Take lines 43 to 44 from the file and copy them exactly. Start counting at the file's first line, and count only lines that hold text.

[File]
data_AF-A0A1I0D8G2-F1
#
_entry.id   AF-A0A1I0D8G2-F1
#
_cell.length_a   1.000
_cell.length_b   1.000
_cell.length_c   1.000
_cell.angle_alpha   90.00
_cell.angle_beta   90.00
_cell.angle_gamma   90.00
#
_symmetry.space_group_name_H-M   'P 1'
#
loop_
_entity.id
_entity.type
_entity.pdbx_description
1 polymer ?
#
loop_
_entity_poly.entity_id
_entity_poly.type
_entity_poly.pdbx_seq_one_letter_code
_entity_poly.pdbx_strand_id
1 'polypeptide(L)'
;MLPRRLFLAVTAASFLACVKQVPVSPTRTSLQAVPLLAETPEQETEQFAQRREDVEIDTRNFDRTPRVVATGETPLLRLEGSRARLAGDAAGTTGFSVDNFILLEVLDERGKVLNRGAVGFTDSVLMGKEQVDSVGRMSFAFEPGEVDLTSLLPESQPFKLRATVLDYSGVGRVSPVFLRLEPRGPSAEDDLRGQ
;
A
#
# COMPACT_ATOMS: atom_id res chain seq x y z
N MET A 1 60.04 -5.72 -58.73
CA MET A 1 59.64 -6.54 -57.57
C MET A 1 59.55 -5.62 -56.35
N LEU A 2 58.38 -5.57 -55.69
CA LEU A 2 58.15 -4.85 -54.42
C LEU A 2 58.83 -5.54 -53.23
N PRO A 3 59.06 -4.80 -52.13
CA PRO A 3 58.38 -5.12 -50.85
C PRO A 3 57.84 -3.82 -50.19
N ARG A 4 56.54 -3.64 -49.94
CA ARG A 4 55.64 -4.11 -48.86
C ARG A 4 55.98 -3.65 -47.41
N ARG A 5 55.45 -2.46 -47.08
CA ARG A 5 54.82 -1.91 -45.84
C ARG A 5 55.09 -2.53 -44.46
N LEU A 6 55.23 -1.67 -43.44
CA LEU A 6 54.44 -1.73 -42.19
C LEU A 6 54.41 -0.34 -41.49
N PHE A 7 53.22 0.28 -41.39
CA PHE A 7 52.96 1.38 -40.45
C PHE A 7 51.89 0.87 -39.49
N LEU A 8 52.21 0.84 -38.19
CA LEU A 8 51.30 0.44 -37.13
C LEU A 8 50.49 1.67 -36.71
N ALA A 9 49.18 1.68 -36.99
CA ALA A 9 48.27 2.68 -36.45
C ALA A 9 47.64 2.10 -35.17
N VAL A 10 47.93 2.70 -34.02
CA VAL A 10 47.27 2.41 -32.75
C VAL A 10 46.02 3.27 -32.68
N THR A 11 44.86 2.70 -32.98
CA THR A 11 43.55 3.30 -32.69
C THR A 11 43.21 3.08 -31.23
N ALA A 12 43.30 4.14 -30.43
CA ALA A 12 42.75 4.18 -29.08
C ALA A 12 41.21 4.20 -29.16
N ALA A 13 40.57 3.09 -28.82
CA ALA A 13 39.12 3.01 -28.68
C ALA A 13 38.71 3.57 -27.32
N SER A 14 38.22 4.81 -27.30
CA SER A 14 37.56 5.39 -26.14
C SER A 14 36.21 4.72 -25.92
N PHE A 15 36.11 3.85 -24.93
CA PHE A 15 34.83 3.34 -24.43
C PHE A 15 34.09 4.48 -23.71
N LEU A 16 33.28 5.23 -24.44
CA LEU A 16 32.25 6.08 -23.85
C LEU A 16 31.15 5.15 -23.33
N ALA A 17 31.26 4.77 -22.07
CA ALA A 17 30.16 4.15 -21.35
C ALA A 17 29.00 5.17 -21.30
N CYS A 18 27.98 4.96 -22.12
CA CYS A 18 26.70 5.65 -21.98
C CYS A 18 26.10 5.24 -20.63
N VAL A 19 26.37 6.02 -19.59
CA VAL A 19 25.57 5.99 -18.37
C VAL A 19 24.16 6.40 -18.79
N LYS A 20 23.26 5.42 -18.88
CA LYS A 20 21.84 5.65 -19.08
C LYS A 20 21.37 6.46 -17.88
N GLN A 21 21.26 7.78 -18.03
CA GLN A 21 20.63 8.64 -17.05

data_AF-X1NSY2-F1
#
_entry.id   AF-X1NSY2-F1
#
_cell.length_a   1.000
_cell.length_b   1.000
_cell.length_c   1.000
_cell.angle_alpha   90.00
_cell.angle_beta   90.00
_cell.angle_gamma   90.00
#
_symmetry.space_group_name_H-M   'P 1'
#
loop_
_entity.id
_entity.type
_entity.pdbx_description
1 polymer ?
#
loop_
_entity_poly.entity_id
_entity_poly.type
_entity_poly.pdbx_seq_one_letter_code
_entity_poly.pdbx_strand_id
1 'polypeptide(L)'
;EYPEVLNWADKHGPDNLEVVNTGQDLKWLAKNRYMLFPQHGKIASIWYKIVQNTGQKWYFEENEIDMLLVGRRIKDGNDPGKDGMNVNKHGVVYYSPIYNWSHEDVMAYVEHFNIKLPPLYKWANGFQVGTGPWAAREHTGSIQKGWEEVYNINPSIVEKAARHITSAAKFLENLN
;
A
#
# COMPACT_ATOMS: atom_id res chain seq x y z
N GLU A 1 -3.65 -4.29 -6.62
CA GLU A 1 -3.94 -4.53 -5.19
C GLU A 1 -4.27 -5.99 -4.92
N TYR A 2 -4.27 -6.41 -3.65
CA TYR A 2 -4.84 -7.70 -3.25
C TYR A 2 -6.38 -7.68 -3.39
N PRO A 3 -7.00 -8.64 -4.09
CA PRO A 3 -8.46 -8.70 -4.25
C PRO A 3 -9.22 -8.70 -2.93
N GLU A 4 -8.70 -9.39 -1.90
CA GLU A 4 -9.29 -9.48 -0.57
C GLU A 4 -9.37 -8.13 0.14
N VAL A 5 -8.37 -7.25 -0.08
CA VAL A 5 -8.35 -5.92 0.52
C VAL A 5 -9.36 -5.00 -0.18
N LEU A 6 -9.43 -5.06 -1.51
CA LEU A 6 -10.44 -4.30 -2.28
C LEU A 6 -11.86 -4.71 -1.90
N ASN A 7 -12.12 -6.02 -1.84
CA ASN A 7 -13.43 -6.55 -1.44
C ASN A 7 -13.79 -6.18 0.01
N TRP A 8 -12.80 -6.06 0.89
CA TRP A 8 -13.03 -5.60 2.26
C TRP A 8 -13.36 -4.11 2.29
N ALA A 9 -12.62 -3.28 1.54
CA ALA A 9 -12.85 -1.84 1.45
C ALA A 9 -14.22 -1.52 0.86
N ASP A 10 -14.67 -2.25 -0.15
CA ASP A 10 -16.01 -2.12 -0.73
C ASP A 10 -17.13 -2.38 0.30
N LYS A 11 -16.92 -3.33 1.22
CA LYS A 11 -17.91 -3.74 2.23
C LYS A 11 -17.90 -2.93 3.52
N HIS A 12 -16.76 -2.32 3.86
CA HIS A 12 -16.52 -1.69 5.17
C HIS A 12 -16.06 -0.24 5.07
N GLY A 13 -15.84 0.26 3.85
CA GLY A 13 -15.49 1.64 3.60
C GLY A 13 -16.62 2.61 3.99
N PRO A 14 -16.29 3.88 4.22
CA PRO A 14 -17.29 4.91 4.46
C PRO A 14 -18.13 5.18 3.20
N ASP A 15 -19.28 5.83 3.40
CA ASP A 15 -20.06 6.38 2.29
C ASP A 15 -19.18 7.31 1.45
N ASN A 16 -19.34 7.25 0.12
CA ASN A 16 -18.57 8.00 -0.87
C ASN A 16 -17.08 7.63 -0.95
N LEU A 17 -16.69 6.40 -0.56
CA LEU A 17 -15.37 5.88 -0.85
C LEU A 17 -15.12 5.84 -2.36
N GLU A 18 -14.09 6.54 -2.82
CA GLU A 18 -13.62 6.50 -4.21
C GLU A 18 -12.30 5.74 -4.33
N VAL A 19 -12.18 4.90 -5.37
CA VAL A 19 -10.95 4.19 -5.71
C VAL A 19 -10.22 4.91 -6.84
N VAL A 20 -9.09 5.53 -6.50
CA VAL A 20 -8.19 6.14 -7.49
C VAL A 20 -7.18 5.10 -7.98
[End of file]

N ARG A 5 55.45 -2.46 -47.08
CA ARG A 5 54.82 -1.91 -45.84